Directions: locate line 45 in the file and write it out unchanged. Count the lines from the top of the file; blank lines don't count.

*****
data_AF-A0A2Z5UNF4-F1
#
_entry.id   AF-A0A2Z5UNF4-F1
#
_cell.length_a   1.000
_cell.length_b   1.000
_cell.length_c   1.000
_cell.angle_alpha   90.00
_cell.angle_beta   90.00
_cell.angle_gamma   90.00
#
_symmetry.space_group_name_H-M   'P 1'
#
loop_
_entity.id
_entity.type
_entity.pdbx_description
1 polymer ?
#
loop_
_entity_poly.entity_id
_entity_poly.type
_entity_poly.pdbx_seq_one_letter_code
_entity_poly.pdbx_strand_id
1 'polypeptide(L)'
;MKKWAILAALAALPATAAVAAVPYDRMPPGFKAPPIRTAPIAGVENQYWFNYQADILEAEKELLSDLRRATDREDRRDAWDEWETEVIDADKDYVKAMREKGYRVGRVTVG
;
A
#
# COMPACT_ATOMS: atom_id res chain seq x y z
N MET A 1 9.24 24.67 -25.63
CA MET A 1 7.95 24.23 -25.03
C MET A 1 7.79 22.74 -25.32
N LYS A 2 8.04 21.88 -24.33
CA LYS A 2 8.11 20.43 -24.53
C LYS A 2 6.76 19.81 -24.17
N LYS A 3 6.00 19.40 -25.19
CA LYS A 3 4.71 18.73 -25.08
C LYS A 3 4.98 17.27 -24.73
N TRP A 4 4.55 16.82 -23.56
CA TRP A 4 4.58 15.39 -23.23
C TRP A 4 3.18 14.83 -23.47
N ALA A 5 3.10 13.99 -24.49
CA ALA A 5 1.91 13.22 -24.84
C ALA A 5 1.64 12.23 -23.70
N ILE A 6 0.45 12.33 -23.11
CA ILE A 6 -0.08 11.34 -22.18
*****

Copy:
C ALA A 5 1.64 12.23 -23.70